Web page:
Cloth Or Disposable Diapers: Which Ones Are Better?

By Stacy Whitman

When it comes to diapers, some parents are passionate and opinionated about which is best-cloth or disposable-for them, their babies and the planet. Cost and convenience are two big considerations, as are concerns about the environment and effects on infants’ health and skin. It’s a debate that has been raging for years. But when all the facts are in, both types have pros and cons-so what is ideal for your family may be simply a matter of personal preference. To help you decide, we took a look at the various issues and got the inside scoop.

Consideration #1: Your baby’s health
Search the Internet and you’ll find stories claiming that disposable diapers are loaded with chemicals and toxins that have been linked to everything from asthma to cancer. But despite the scary rumors, there’s no proof that ingredients in disposables are harmful to babies. It’s true that most include a super-absorbent gel called sodium polycrylate (SAP), a substance that was removed from tampons after it was linked to toxic shock syndrome (TSS). However, the SAP in disposable diapers is used inside diapers where it doesn’t come in direct contact with babies’ skin (unlike the offending tampons, which were used internally for extended periods of time), and it has been subjected to rigorous testing and deemed completely safe, according to the American Academy of Pediatrics’ Healthy Children Web site. Also frequently cited is a 1999 study in which several brands of disposables were found to emit gases that caused asthma-like symptoms in mice-but the same effect has never been shown to occur in infants, according to the U.S. Consumer Product Safety Commission. And while some disposable diapers do contain dioxins, by-products of the bleaching process that have been linked to cancer and reproductive problems, a 2002 study found that they are present only in “minute quantities” that aren’t considered worrisome-and some cloth diapers contain just as many.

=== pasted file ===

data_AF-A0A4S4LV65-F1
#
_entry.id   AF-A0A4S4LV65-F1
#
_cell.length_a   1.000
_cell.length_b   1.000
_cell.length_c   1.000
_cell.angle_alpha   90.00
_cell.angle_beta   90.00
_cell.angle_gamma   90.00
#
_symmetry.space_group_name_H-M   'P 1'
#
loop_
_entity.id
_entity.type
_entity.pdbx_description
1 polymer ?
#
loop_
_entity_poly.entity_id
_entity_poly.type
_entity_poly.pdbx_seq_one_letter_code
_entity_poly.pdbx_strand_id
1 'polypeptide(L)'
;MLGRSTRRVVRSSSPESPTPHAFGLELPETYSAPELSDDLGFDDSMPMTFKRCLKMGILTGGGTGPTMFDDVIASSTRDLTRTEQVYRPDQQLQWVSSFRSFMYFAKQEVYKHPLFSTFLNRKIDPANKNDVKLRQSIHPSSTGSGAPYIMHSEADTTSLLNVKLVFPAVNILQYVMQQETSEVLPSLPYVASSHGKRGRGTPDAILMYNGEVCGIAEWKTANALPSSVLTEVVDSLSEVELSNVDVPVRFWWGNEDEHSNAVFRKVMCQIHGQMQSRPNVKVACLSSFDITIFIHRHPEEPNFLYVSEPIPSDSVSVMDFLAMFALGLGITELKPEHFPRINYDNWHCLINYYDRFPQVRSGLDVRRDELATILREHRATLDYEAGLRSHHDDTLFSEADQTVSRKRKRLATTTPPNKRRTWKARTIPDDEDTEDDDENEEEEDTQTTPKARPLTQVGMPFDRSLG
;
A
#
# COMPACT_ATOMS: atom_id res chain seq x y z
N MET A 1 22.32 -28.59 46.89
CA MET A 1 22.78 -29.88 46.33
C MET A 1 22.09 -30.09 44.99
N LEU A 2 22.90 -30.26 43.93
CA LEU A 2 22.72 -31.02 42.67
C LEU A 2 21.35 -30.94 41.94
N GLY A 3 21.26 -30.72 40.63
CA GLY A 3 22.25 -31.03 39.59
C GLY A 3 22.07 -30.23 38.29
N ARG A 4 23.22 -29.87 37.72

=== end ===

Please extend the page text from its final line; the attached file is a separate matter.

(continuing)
Another common potential health concern stems from a German study in 2000 that showed considerably higher scrotal temperatures in baby boys wearing disposables versus cloth, which researchers hypothesized could lead to lower sperm counts and fertility problems later in life. However, another study conducted two years later tested cloth diapers with protective covers (which help to prevent leaks) and found scrotal temps on par with disposables, which they also found to be not as high as the German study did. According to Mana Mann, MD, MPH, a pediatric environmental health fellow at Mount Sinai Medical Center in New York, both studies have limitations and no definitive link has been established between use of a specific diaper type and sperm count.

The bottom line: Disposables seem to be getting a bum rap in terms of safety. But if you’re uncertain about these issues and you’d like the convenience and leak-resistant qualities of disposables, there are options: Try a hypoallergenic disposable such as Huggies Pure and Natural, Seventh Generation Chlorine Free or TenderCare Plus, or a plastic-free “hybrid” like gDiapers or GroVia.